According to two sources close to the matter at hand, telecom operators Orange Belgium and Proximus plan on replacing Huawei’s mobile equipment in Belgium and Luxembourg with Nokia equivalent.
The development comes with growing recognition of U.S. accusations that Huawei’s telecom gear could be used for economic and military espionage purposes by Beijing.
Both Nokia and Orange declined comment.
While Proximus did not immediately respond to requests for comments Huawei had no immediate comment.
The development marks one of the first cases in Europe where commercial telecom operators are replacing Huawei’s 5G telecom equipment over network security concerns.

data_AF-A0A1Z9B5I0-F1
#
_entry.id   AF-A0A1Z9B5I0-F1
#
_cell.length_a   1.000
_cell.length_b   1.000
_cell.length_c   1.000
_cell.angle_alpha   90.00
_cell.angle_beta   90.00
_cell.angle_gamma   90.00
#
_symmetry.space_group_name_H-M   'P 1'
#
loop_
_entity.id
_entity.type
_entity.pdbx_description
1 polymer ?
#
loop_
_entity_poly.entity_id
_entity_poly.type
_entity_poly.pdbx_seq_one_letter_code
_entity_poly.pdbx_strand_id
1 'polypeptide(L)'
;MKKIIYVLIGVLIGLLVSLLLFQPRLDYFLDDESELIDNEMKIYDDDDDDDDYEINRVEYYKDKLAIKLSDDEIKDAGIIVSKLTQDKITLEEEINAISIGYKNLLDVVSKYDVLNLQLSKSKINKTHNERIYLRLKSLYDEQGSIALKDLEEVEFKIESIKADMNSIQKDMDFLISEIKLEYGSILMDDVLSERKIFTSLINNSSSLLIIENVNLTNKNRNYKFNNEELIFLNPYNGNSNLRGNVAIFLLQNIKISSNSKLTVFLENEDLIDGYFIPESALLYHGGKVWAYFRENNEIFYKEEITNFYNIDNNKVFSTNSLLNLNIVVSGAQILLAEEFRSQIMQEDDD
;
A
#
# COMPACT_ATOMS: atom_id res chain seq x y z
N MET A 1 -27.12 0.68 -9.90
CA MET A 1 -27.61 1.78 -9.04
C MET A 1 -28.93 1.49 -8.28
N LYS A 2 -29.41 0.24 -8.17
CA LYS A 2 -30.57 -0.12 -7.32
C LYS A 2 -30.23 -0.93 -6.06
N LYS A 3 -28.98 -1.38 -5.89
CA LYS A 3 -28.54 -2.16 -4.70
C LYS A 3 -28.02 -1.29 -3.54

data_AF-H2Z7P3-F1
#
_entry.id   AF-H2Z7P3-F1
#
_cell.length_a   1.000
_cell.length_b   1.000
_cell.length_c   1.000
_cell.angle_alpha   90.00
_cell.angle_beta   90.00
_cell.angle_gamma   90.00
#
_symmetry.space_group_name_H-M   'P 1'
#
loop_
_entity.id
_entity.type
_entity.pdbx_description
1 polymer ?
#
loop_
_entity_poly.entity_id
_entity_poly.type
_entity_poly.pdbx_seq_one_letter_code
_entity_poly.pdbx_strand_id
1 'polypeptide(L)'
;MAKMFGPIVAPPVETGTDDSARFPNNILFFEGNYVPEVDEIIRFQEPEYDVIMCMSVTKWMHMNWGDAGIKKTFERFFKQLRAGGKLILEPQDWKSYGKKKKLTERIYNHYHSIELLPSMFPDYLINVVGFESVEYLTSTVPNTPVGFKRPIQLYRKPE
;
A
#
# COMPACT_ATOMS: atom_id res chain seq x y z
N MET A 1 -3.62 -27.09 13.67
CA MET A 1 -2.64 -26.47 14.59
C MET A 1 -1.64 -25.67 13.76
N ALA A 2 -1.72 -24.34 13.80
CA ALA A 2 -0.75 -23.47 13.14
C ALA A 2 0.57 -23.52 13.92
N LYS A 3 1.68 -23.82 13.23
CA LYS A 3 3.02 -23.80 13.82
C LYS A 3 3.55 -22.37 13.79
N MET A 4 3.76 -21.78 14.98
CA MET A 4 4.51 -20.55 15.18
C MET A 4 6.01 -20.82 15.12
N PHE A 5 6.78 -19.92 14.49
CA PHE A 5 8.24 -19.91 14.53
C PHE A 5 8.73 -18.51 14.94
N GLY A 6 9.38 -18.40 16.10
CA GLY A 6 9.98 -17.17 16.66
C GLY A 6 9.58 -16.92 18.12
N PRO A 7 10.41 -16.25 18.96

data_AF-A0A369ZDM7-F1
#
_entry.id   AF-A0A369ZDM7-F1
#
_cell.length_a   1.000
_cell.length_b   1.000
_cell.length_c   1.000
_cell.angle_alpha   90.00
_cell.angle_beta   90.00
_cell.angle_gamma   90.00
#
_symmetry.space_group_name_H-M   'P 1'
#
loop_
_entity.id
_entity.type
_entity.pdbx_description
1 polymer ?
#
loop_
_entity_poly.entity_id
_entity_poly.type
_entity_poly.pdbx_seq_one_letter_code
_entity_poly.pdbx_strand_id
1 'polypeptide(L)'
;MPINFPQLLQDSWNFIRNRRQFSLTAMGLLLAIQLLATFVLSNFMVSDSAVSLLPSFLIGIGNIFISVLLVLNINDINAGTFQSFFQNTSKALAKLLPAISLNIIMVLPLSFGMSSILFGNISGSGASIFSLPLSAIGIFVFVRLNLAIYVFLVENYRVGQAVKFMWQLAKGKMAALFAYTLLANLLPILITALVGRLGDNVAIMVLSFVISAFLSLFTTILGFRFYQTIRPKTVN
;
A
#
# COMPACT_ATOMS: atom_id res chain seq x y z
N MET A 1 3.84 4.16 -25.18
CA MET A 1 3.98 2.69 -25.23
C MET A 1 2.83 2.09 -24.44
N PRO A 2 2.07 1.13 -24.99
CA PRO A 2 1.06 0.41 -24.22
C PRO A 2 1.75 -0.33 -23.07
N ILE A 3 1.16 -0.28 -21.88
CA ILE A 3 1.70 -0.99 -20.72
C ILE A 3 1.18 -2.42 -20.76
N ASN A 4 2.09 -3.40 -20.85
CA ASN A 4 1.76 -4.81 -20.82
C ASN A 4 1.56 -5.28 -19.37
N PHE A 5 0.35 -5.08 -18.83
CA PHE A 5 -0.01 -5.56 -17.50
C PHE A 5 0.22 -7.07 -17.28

Belgium’s capital Brussels is home to the European Union’s executive body and parliament, making it a strategic location and a matter of particular concern for U.S. intelligence agencies.
“There’s a profound insistence on the need to push Huawei towards the exit,” said one of the sources. “There’s also a growing concern about Huawei’s capacity to produce its equipment”.
Late last month, Nokia announced that it had bagged a deal to supply 5G radio equipment to Britain’s biggest mobile operator BT.
In 2019, Orange’s Belgian division and Proximus had signed an agreement to share their mobile network. This is why the decision to shift to Nokia was a collective one.
Other European countries are also moving to impose greater restrictions on Huawei.
While the German government plans on introducing tougher oversight of telecoms network vendors and thus esesntially tie-up Huawei in red tape in Europe’s largest market. France, the EU’s second largest economy, aims on placing a de facto ban Huawei’s mobile equipment by 2028, said sources close to the matter at hand in July.